Scope creep can crush your team, minimize your profit, and create discord between you and your clients, if you let it.
What is scope creep?
According to author, Mark Wickersham FCA, scope creep can come in the form of 1) unexpected problems, 2) unfulfilled promises, 3) project extensions, and 4) separate projects. While the responsibility for each of these situations may oscillate between your team and your client; the added stress, labor, and frustration will always come at the expense of your firm, if left unaddressed. Scope creep can be very costly for your firm, if you allow it to be.
Combating scope creep
Get specific. Create precise definitions for each service you offer. Avoid broad strokes like “bookkeeping.” Then, include these definitions in your Engagement Letter for each client.
Define your boundaries. This goes hand-in-hand with getting specific; to fully understand something, you must also understand what it is not. Right alongside your explicit definitions of what your services do entail, also include what they do not. While this may seem challenging, as you don’t want to be misconstrued as saying “no” to a client at the outset, it will benefit both parties in the long run by preventing confusion.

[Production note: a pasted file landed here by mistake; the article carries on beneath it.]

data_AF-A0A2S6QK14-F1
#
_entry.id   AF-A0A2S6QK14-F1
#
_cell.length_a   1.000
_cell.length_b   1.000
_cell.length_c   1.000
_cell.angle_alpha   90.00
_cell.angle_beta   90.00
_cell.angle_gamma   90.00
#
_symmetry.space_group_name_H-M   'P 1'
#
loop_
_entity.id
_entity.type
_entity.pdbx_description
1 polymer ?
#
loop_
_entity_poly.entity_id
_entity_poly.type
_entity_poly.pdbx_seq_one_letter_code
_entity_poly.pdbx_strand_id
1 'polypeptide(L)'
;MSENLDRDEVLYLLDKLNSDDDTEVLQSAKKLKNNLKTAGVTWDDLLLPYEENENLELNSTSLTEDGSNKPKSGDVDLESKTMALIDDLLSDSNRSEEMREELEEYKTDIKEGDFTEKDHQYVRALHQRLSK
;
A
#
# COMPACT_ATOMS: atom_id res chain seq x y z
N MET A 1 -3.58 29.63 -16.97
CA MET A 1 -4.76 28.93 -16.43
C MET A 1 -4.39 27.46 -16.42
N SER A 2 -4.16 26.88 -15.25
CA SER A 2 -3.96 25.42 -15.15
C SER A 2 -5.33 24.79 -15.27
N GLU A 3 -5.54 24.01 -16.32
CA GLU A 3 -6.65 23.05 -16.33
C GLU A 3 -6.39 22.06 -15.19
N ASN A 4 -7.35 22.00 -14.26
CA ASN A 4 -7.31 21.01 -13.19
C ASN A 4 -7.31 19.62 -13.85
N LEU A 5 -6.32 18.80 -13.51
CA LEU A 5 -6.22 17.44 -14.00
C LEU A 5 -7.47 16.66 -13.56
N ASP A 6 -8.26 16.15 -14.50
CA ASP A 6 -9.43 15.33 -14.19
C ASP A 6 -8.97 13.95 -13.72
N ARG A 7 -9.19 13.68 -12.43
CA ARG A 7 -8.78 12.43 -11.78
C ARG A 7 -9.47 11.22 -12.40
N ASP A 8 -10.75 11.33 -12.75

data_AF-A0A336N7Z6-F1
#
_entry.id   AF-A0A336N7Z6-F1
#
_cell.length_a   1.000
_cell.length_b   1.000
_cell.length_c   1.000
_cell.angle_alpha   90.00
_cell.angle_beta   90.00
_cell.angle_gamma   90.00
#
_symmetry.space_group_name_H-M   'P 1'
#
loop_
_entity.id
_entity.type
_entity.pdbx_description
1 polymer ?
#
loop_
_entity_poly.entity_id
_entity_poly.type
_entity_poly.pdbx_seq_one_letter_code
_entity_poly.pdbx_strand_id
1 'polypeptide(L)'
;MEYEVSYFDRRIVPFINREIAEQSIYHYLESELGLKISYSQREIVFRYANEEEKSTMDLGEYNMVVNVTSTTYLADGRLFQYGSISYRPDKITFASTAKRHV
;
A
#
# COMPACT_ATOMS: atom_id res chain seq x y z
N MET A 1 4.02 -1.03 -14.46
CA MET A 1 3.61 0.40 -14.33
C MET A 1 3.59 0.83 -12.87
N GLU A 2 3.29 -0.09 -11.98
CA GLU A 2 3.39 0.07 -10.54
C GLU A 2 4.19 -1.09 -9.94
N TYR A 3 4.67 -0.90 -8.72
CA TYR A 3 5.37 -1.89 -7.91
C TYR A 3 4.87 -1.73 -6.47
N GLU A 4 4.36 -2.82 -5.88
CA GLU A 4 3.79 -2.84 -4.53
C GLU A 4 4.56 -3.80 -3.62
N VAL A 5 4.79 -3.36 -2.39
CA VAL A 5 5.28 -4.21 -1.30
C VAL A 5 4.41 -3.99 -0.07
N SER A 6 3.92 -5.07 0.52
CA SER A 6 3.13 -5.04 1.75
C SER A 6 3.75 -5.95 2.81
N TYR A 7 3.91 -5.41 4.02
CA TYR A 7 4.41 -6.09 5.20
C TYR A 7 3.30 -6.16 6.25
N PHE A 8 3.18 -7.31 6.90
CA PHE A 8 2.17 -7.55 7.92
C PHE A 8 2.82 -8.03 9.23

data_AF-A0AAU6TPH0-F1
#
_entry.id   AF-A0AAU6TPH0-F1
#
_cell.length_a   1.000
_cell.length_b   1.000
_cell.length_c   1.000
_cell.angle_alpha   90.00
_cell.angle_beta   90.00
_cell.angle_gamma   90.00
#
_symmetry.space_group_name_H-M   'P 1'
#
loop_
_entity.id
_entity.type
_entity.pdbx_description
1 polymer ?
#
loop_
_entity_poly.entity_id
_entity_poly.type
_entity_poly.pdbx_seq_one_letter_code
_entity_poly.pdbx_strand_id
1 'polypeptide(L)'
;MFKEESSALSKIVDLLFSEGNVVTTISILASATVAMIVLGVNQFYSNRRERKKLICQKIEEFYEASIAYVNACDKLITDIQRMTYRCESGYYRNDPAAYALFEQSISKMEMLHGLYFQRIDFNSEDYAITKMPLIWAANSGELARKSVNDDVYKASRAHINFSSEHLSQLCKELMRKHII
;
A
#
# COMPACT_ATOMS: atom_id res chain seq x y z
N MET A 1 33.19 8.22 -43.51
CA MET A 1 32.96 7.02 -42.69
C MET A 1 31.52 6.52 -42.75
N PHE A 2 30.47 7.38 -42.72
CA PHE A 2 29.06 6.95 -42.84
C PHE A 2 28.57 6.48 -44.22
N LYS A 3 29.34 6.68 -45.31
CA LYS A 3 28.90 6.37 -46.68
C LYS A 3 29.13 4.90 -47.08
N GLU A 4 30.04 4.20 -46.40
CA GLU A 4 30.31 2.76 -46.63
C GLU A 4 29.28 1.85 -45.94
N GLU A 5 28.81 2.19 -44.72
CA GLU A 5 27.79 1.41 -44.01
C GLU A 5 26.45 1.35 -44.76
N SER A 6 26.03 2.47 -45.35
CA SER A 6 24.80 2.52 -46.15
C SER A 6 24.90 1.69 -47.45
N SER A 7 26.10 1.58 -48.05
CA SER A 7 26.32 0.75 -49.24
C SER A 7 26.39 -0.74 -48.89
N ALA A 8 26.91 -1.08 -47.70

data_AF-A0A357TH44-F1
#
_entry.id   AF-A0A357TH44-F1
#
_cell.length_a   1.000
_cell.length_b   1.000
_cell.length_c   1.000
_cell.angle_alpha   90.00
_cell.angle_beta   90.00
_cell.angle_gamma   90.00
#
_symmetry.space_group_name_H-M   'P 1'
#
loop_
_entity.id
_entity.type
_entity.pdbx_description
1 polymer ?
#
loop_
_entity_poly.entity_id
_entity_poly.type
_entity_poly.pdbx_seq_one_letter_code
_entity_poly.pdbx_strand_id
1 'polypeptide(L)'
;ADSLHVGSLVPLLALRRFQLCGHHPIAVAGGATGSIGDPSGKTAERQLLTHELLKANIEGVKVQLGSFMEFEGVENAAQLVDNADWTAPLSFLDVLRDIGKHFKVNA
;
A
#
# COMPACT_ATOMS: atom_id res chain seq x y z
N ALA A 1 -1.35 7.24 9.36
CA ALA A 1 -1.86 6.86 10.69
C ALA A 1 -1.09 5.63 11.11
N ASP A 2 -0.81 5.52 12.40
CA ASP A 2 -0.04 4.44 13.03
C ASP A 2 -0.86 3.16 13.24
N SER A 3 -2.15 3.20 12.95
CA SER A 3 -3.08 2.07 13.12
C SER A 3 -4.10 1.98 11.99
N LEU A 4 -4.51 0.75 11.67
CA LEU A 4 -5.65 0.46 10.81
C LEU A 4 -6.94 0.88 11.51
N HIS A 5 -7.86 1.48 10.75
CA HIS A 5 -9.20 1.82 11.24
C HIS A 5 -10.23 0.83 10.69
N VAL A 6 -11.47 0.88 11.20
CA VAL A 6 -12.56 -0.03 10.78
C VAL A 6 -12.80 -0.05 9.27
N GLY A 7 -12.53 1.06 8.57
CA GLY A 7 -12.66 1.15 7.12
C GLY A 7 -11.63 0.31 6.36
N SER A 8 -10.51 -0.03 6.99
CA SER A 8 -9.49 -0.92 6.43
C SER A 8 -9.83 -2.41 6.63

Confirm client understanding. Be sure to give clients the chance to ask any follow-up questions that they may have after reading through their Engagement Letter. This could be in the form of a quick, 15 minute meeting.
Stick to your guns. If and when clients ask for services beyond those explicitly outlined in their Engagement Letter, politely refer them back to the document. If your team has the bandwidth, you can let clients know that you’re happy to offer them this services, but it will be a charge separate from the existing rate. Sticking to your guns is necessary to protect your team, your bottom line, and your firm’s reputation.